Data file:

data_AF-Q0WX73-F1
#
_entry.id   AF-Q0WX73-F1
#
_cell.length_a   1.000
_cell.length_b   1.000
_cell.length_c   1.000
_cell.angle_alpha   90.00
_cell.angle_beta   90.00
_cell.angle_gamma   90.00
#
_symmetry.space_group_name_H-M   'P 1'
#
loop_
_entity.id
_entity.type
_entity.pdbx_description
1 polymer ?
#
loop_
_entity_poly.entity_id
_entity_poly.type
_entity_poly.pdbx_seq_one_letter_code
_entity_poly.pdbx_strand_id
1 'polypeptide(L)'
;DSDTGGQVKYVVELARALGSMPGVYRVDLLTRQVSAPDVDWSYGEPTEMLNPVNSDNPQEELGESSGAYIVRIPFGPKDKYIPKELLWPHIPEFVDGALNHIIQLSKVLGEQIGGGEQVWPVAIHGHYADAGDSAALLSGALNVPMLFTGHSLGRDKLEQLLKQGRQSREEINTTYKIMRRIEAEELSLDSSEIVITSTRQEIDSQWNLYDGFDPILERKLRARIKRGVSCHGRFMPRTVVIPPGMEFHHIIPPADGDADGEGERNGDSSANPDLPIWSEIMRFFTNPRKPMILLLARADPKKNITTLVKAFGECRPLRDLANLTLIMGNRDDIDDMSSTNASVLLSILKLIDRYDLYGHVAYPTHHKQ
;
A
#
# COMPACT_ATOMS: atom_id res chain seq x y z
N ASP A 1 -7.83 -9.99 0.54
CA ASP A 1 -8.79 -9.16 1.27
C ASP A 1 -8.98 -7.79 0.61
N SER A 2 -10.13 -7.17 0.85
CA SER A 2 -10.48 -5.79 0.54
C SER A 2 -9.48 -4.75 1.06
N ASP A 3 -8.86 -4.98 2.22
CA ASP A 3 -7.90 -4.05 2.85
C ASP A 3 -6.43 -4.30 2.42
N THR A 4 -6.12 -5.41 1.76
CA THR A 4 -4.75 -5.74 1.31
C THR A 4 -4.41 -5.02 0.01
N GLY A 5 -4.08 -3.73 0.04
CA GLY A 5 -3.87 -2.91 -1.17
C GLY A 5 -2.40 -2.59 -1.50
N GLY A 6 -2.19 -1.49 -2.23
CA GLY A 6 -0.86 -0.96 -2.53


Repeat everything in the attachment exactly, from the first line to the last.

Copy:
data_AF-Q0WX73-F1
#
_entry.id   AF-Q0WX73-F1
#
_cell.length_a   1.000
_cell.length_b   1.000
_cell.length_c   1.000
_cell.angle_alpha   90.00
_cell.angle_beta   90.00
_cell.angle_gamma   90.00
#
_symmetry.space_group_name_H-M   'P 1'
#
loop_
_entity.id
_entity.type
_entity.pdbx_description
1 polymer ?
#
loop_
_entity_poly.entity_id
_entity_poly.type
_entity_poly.pdbx_seq_one_letter_code
_entity_poly.pdbx_strand_id
1 'polypeptide(L)'
;DSDTGGQVKYVVELARALGSMPGVYRVDLLTRQVSAPDVDWSYGEPTEMLNPVNSDNPQEELGESSGAYIVRIPFGPKDKYIPKELLWPHIPEFVDGALNHIIQLSKVLGEQIGGGEQVWPVAIHGHYADAGDSAALLSGALNVPMLFTGHSLGRDKLEQLLKQGRQSREEINTTYKIMRRIEAEELSLDSSEIVITSTRQEIDSQWNLYDGFDPILERKLRARIKRGVSCHGRFMPRTVVIPPGMEFHHIIPPADGDADGEGERNGDSSANPDLPIWSEIMRFFTNPRKPMILLLARADPKKNITTLVKAFGECRPLRDLANLTLIMGNRDDIDDMSSTNASVLLSILKLIDRYDLYGHVAYPTHHKQ
;
A
#
# COMPACT_ATOMS: atom_id res chain seq x y z
N ASP A 1 -7.83 -9.99 0.54
CA ASP A 1 -8.79 -9.16 1.27
C ASP A 1 -8.98 -7.79 0.61
N SER A 2 -10.13 -7.17 0.85
CA SER A 2 -10.48 -5.79 0.54
C SER A 2 -9.48 -4.75 1.06
N ASP A 3 -8.86 -4.98 2.22
CA ASP A 3 -7.90 -4.05 2.85
C ASP A 3 -6.43 -4.30 2.42
N THR A 4 -6.12 -5.41 1.76
CA THR A 4 -4.75 -5.74 1.31
C THR A 4 -4.41 -5.02 0.01
N GLY A 5 -4.08 -3.73 0.04
CA GLY A 5 -3.87 -2.91 -1.17
C GLY A 5 -2.40 -2.59 -1.50
N GLY A 6 -2.19 -1.49 -2.23
CA GLY A 6 -0.86 -0.96 -2.53